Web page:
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Gholston v. United States

United States District Court, E.D. Tennessee, Greeneville

August 29, 2019



          Leon Jordan United States District Judge.

         Montavius Jemond Gholston (“Petitioner”) filed this pro se motion to vacate, set aside, or correct sentence under 28 U.S.C. § 2255 [Doc. 1].[1] The United States responded in opposition [Doc. 2], and Petitioner replied [Doc. 3].


         On June 10, 2014, pursuant to a Rule 11(c)(1)(C) amended plea agreement, [2] Petitioner pled guilty to possession with intent to distribute 28 grams or more of cocaine base (“crack”), in violation of 21 U.S.C. §§ 841(a)(1) and 841(b)(1)(B) (Count 1 of the Indictment); possession with intent to distribute methamphetamine, in violation of 21 U.S.C. §§ 841(a)(1) and 841(b)(1)(C) (Count 2); and possession of a firearm in furtherance of a drug trafficking crime, in violation of 18 U.S.C. § 924(c)(1)(A) (Count 3) [Docs. 2, 26, Case No. 2:13-CR-88]. The Court accepted Petitioner's guilty pleas and referred the matter to the United States Probation Office for a Presentence Investigation Report (“PSR”) [Docs. 25, 29 (sealed), Case No. 2:13-CR-88].

         Based on Petitioner's total offense level of 25 and his criminal history category of II, the probation officer determined that his Guideline imprisonment range was 63 to 78 months, but that the statutorily-required consecutive 60 months on the firearms count made his effective Guidelines range 123 to 138 months imprisonment [Doc. 29 at ¶61, Case No. 2:13-CR-88]. On September 18, 2014, the Court imposed on Petitioner, in accordance with his Rule 11(c)(1)(C) plea agreement, a net sentence of 120 months' imprisonment (60 months on Counts 1 and 2, to be served concurrently, and 60 months on Count 3 to be served consecutively to Counts 1 and 2) [Doc. 35, Case No. 2:13-CR-88].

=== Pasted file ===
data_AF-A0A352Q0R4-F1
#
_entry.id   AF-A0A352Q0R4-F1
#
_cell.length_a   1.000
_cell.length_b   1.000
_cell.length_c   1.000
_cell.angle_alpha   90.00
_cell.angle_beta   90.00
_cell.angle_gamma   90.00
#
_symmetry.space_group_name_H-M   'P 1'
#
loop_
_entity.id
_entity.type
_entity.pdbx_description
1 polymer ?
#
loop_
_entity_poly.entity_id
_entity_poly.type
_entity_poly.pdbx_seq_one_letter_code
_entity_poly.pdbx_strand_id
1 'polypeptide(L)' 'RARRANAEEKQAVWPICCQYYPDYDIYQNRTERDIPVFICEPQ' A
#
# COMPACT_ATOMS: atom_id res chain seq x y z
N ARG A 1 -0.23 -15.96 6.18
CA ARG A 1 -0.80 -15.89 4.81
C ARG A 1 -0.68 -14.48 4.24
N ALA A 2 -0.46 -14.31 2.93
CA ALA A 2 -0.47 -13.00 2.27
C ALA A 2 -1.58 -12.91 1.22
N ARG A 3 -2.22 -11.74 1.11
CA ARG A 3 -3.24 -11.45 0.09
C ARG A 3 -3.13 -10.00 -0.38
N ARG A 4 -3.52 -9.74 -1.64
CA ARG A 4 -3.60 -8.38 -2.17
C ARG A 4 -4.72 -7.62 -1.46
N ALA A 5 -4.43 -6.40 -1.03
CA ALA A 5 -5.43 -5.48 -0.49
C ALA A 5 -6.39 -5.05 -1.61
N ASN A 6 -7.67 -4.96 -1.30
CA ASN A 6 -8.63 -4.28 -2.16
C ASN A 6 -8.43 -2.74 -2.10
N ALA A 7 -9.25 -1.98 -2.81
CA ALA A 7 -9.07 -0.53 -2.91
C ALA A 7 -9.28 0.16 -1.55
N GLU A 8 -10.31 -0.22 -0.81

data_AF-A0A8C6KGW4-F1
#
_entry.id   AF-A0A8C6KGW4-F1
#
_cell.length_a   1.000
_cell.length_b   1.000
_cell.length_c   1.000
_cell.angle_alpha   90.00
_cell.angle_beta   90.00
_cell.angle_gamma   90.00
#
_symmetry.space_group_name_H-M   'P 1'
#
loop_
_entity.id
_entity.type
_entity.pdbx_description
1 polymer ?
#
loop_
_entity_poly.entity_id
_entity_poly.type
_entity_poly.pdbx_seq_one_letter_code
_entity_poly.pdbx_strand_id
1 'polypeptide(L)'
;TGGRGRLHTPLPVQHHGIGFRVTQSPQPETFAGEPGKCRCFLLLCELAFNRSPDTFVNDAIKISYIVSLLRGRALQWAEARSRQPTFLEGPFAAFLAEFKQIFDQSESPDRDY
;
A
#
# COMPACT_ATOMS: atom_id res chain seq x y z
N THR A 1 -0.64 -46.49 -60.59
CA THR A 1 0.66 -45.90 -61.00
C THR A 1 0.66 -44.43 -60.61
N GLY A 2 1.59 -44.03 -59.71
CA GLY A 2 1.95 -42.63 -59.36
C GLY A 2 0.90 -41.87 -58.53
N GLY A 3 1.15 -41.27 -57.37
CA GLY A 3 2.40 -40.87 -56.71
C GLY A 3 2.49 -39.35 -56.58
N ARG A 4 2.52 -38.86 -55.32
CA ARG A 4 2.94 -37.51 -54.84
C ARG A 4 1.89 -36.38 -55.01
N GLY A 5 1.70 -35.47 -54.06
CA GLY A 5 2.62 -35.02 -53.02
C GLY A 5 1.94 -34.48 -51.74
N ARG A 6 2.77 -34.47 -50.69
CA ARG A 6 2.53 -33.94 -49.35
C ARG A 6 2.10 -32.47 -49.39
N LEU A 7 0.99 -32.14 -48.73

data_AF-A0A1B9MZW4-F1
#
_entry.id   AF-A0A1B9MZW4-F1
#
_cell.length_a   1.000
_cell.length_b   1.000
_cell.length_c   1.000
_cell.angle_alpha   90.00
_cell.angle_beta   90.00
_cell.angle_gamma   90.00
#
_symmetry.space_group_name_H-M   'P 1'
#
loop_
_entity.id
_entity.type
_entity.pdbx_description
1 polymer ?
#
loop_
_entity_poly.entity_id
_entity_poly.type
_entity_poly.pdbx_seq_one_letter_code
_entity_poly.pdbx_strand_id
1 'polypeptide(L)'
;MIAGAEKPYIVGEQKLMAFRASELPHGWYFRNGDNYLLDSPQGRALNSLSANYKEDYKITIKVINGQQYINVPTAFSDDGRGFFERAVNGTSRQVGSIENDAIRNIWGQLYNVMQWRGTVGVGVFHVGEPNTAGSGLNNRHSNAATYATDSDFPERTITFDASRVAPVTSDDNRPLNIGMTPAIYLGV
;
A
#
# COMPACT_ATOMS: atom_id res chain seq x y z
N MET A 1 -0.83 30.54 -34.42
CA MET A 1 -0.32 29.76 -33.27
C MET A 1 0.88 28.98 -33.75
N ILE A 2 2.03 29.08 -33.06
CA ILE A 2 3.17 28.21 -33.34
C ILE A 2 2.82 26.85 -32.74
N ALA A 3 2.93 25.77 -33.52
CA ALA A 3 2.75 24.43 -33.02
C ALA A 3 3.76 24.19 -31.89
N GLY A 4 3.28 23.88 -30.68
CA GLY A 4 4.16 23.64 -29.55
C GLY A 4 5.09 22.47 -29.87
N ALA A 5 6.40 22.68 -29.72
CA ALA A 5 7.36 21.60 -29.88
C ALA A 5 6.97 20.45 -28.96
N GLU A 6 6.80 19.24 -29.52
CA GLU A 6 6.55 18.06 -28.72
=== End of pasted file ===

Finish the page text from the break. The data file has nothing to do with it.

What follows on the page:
Petitioner filed a notice of appeal on November 28, 2016, but the Sixth Circuit sua sponte dismissed the appeal as untimely [Docs. 40, 43, Case No. 2:13-CR-88]. On August 14, 2017, Petitioner brought this pro se motion to vacate [Doc. 1]. In its response, the United States argues that this § 2255 motion is untimely and that, for a variety of reasons, none of Petitioner's claims warrant relief [Doc. 2]. In the reply, Petitioner does not address any of the arguments offered in the government's response, but instead implies that the Court ought not consider the response because it was filed a day late, without the government's having claimed that the lateness of its response was due to excusable neglect [Doc. 3].[3] Thus, Petitioner's § 2255 motion is ripe for review. Because United States' timeliness argument, if correct, would be dispositive, the Court turns first to that argument.